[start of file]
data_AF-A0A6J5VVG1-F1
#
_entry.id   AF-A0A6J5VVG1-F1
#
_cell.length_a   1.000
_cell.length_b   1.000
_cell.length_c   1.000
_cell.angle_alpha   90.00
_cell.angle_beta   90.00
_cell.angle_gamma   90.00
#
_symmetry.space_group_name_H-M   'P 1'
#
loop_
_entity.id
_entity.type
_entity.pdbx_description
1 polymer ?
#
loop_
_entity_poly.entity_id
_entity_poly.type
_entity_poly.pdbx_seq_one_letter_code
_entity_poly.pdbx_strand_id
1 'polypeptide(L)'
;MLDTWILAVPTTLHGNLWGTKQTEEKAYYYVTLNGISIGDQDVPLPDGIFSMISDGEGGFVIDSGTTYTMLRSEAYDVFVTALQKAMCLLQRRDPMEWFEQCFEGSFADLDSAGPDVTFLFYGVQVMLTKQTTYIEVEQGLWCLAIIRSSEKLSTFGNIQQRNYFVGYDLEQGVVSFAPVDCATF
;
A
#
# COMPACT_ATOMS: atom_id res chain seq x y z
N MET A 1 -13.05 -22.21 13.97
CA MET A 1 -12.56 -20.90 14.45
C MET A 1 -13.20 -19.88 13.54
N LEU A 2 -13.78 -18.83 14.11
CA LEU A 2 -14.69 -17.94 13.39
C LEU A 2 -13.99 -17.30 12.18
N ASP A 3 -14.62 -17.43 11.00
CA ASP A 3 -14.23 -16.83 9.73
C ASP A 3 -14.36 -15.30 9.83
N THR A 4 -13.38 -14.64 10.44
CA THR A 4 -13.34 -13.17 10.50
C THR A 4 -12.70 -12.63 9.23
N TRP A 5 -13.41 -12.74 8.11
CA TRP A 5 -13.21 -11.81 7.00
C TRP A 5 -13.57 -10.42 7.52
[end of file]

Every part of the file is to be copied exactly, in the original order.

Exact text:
data_AF-A0A6J5VVG1-F1
#
_entry.id   AF-A0A6J5VVG1-F1
#
_cell.length_a   1.000
_cell.length_b   1.000
_cell.length_c   1.000
_cell.angle_alpha   90.00
_cell.angle_beta   90.00
_cell.angle_gamma   90.00
#
_symmetry.space_group_name_H-M   'P 1'
#
loop_
_entity.id
_entity.type
_entity.pdbx_description
1 polymer ?
#
loop_
_entity_poly.entity_id
_entity_poly.type
_entity_poly.pdbx_seq_one_letter_code
_entity_poly.pdbx_strand_id
1 'polypeptide(L)'
;MLDTWILAVPTTLHGNLWGTKQTEEKAYYYVTLNGISIGDQDVPLPDGIFSMISDGEGGFVIDSGTTYTMLRSEAYDVFVTALQKAMCLLQRRDPMEWFEQCFEGSFADLDSAGPDVTFLFYGVQVMLTKQTTYIEVEQGLWCLAIIRSSEKLSTFGNIQQRNYFVGYDLEQGVVSFAPVDCATF
;
A
#
# COMPACT_ATOMS: atom_id res chain seq x y z
N MET A 1 -13.05 -22.21 13.97
CA MET A 1 -12.56 -20.90 14.45
C MET A 1 -13.20 -19.88 13.54
N LEU A 2 -13.78 -18.83 14.11
CA LEU A 2 -14.69 -17.94 13.39
C LEU A 2 -13.99 -17.30 12.18
N ASP A 3 -14.62 -17.43 11.00
CA ASP A 3 -14.23 -16.83 9.73
C ASP A 3 -14.36 -15.30 9.83
N THR A 4 -13.38 -14.64 10.44
CA THR A 4 -13.34 -13.17 10.50
C THR A 4 -12.70 -12.63 9.23
N TRP A 5 -13.41 -12.74 8.11
CA TRP A 5 -13.21 -11.81 7.00
C TRP A 5 -13.57 -10.42 7.52